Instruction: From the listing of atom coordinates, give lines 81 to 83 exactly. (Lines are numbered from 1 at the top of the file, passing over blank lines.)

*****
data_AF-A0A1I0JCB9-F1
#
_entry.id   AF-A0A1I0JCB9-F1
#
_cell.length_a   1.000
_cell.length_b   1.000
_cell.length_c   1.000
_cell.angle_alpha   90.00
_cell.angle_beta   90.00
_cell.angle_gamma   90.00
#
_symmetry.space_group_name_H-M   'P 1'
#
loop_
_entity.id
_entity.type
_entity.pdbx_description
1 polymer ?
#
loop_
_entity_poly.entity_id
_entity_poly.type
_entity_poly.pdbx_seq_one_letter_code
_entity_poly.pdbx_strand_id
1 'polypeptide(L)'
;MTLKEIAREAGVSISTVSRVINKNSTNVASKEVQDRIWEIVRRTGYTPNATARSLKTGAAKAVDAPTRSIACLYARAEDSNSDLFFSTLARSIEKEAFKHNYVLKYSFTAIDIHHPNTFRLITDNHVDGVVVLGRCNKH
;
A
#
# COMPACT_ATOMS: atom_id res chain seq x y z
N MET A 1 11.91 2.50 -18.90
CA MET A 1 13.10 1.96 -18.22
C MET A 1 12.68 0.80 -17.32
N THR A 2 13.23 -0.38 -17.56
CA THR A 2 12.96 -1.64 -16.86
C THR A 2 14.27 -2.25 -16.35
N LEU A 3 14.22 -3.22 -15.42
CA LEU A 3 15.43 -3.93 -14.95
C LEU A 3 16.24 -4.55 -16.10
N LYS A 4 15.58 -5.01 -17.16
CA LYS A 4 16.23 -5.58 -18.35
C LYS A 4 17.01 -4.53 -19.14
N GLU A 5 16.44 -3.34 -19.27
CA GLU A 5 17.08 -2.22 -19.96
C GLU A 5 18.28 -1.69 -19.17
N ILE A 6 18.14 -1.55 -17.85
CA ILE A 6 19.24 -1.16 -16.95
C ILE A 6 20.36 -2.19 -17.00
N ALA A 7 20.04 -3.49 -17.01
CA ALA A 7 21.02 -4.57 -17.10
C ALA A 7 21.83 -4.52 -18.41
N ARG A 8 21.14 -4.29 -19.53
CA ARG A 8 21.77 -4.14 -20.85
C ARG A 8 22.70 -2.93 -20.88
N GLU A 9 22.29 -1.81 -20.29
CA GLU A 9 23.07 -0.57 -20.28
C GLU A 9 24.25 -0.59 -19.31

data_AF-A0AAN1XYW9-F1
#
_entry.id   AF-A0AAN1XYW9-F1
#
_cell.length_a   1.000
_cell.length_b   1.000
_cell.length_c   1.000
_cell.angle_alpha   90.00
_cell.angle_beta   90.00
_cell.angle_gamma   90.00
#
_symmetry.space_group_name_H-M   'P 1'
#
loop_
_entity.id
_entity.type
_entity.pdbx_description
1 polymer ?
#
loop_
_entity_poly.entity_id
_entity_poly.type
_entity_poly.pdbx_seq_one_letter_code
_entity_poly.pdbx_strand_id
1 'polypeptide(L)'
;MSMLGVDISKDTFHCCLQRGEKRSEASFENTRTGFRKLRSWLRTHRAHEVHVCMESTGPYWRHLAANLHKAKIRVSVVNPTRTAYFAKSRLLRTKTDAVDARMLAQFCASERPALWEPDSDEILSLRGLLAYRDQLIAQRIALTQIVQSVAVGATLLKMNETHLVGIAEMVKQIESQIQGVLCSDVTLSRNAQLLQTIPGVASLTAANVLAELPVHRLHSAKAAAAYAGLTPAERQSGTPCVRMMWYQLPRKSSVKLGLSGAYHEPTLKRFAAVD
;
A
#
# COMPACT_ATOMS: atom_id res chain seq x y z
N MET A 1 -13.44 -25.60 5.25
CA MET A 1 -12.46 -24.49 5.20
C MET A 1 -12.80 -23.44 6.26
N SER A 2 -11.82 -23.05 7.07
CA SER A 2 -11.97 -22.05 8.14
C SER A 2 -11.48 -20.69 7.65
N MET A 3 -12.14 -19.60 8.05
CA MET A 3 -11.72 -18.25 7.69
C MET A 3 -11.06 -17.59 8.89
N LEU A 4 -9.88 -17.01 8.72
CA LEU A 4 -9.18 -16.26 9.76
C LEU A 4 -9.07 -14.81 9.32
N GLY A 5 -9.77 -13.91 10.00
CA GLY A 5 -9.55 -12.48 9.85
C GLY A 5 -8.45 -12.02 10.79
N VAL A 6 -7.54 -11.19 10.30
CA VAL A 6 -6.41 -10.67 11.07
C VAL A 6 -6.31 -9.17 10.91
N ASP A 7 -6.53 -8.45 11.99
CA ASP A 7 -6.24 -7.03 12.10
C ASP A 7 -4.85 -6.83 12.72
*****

_entity_poly.pdbx_strand_id
1 'polypeptide(L)'
;MSMLGVDISKDTFHCCLQRGEKRSEASFENTRTGFRKLRSWLRTHRAHEVHVCMESTGPYWRHLAANLHKAKIRVSVVNPTRTAYFAKSRLLRTKTDAVDARMLAQFCASERPALWEPDSDEILSLRGLLAYRDQLIAQRIALTQIVQSVAVGATLLKMNETHLVGIAEMVKQIESQIQGVLCSDVTLSRNAQLLQTIPGVASLTAANVLAELPVHRLHSAKAAAAYAGLTPAERQSGTPCVRMMWYQLPRKSSVKLGLSGAYHEPTLKRFAAVD